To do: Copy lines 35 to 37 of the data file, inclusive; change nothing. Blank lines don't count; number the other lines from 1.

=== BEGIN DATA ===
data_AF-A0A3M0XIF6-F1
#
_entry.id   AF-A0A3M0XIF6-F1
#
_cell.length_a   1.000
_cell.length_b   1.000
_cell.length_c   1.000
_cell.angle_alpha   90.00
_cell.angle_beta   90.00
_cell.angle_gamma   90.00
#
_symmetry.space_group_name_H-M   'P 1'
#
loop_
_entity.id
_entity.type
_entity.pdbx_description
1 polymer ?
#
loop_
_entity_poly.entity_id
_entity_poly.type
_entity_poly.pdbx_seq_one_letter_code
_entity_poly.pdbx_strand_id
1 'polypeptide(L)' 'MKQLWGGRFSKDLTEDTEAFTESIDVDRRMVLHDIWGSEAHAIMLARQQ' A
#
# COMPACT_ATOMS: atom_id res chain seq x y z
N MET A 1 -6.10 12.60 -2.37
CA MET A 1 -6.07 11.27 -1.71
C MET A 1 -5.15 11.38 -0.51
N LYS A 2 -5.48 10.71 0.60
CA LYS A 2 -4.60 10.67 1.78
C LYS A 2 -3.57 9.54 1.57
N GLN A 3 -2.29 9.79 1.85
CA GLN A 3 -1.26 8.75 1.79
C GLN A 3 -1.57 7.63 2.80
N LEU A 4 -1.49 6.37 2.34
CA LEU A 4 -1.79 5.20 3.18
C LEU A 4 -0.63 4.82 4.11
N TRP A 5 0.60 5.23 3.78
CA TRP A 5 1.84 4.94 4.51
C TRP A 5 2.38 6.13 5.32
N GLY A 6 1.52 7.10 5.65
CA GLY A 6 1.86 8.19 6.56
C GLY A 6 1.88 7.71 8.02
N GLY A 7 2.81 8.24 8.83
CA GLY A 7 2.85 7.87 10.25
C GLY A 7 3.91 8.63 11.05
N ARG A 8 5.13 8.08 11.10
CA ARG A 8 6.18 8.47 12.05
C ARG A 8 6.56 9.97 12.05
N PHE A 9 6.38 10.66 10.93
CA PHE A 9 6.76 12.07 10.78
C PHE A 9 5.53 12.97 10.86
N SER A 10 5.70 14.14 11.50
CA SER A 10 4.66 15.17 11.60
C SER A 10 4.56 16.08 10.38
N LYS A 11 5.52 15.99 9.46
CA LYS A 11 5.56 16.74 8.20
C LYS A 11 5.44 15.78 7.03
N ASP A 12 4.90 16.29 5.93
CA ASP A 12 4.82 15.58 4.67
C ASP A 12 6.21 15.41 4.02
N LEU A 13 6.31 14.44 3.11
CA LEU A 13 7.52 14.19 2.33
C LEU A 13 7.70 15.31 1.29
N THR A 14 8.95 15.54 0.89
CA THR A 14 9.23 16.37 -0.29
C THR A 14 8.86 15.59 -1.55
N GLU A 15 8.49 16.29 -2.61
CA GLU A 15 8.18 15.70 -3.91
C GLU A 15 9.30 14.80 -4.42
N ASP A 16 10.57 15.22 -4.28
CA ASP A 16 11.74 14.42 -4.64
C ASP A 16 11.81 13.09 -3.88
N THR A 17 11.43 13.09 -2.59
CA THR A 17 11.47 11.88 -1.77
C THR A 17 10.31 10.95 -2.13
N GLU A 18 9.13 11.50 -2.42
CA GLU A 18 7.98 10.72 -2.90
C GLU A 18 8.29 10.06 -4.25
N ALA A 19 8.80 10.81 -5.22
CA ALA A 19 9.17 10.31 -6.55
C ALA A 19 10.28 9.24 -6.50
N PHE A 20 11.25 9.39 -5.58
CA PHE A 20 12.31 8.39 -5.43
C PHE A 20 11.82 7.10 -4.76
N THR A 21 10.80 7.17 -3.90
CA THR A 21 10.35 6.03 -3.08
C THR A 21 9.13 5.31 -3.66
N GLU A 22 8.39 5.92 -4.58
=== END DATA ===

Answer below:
CA GLN A 3 -1.26 8.75 1.79
C GLN A 3 -1.57 7.63 2.80
N LEU A 4 -1.49 6.37 2.34